The ex-adviser says Trump’s declaration will be based on votes at Election Day polls, but the first election night returns also will include totals from early voting sites and many absentee ballots.
This article was produced by Voting Booth, a project of the Independent Media Institute.
One of President Trump’s most loyal propagandists is predicting that Trump will claim victory on election night as soon as he is ahead among Election Day voters. But that scenario is based on a misconception of how all ballots are counted and the early returns are compiled, according to election and legal experts.
“At 10 o’clock or 11 o’clock… on November 3, Donald J. Trump is going to walk into the Oval Office, and he may hit a tweet before he goes in there… and he’s going to sit there, having won Ohio, and being up in Pennsylvania and Florida, and he’s going to say, ‘Hey, game’s over,’” said Stephen K. Bannon, Trump’s 2016 campaign CEO and former White House adviser, during a defiant speech on October 10 forum hosted by the Young Republican Federation of Virginia.
“The elites are traumatized. They do not want to go stand in line and vote. That, ladies and gentlemen, is a game-changer,” Bannon said. “It [the decisive factor] is what electorate shows up to vote on a vote that can be certified. That’s a vote that counts. And right now, what they [Trump critics] don’t want to talk about, is Donald J. Trump leads on people who are actually going to show up and vote on November 3, by 21 percent.”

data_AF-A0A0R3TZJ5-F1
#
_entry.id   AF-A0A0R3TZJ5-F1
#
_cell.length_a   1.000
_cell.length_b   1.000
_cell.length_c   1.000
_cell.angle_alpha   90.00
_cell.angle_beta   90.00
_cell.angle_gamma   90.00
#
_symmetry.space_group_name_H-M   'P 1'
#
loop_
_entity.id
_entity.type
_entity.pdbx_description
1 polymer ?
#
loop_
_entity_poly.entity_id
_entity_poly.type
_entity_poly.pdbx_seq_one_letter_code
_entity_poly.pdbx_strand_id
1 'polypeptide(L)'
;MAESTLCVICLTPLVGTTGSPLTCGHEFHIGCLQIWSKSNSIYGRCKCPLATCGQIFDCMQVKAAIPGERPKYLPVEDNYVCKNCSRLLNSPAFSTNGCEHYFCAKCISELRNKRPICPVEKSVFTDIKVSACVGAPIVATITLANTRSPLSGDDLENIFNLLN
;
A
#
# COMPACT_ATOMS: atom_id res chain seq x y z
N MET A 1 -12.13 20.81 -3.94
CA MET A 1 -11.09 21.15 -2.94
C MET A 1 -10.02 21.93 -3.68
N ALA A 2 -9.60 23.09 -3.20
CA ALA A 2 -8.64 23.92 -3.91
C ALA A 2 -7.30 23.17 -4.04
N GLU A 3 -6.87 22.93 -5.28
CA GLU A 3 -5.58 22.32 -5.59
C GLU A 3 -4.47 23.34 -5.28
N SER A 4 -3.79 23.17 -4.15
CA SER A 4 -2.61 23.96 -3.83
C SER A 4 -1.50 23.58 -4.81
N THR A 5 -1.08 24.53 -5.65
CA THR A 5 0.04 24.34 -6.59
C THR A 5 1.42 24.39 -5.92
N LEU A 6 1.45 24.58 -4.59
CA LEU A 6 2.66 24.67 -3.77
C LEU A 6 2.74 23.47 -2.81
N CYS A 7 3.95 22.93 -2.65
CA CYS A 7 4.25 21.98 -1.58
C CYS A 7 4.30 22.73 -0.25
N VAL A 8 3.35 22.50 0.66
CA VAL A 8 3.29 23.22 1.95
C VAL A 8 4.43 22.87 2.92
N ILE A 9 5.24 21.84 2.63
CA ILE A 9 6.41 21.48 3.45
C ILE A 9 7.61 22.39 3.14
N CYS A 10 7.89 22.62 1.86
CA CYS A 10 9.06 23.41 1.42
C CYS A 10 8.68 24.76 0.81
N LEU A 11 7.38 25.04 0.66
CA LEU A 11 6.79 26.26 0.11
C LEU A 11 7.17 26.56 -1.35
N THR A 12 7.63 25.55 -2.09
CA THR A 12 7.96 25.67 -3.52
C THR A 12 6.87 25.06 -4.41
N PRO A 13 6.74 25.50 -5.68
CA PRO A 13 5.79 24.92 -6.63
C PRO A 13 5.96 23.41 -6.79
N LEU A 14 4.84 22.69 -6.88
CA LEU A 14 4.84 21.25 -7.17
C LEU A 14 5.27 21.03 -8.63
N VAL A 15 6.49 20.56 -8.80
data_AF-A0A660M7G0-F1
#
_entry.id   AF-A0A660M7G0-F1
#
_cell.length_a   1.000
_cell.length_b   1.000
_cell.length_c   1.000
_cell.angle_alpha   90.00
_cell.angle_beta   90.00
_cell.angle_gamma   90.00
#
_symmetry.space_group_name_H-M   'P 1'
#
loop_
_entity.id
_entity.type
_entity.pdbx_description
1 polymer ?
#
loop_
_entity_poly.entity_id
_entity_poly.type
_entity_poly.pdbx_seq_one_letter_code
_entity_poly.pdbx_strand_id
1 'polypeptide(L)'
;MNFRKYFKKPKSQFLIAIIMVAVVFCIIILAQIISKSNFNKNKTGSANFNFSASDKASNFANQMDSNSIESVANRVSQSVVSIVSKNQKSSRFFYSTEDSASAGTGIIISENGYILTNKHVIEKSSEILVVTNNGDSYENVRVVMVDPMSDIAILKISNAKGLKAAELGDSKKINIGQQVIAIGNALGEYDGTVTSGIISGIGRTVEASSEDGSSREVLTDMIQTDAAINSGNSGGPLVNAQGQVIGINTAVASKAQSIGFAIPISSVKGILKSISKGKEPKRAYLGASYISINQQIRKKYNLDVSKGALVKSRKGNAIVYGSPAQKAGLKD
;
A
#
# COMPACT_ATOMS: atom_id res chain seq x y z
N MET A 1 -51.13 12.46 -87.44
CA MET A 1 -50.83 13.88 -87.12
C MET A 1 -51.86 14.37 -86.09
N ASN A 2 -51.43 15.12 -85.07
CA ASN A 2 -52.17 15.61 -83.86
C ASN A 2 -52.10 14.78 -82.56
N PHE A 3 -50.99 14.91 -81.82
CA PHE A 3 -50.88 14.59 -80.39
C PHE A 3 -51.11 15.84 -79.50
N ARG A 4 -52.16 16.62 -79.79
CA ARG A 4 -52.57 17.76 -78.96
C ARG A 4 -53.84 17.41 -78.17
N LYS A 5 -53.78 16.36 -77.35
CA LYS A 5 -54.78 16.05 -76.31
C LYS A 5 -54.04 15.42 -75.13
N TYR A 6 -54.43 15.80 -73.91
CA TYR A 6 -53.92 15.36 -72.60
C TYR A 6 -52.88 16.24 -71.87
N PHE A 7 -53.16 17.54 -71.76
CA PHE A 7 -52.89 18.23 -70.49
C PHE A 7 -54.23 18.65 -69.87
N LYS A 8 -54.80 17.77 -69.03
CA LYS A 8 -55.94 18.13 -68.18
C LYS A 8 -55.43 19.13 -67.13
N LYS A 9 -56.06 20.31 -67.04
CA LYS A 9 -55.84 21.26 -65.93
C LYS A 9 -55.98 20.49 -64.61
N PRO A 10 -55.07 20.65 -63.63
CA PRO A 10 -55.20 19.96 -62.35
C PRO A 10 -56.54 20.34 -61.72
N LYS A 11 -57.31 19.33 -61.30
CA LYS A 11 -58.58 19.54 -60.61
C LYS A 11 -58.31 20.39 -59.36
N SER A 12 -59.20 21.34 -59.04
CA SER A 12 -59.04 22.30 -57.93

Bannon’s prediction that Trump would defy norms by asserting that he won before indisputable victory margins were reported was not just another sign that Trump would not heed the rules governing 2020’s election. Bannon’s fiery speech was a glimpse into a propagandist’s mindset that drew on smears and distortions to fan partisan ill will. But his prediction of how Trump could claim an early victory was based on a flawed premise, because no early returns on election night were only going to contain the in-person votes cast on Election Day.
“The first reports are the county totals,” said Chris Sautter, an attorney who has specialized in post-election challenges and recounts for decades. “You don’t get the breakdowns [of votes cast in different categories such as early voting, mail-in votes, Election Day votes, and overseas votes] until after election night. It depends on the state.”
Other election administration experts confirmed that the election night returns would be a mix of all of the earliest votes cast—from early in-person voting sites, from absentee ballots that had been returned and processed, and from in-person voting on Election Day. (As of October 15, more than 16 million absentee ballots had been returned or cast in early voting, the U.S. Elections Project said.)
“There’s literally not a single credible journalist or analyst who would look at early returns in a close race with many ballots left to count and declare victory,” said David Becker, the executive director of the Center for Election Innovation and Research. “If counting of all ballots magically ended at midnight on election night, we would have had a President Gore, and Donald Trump wouldn’t have won the presidency.”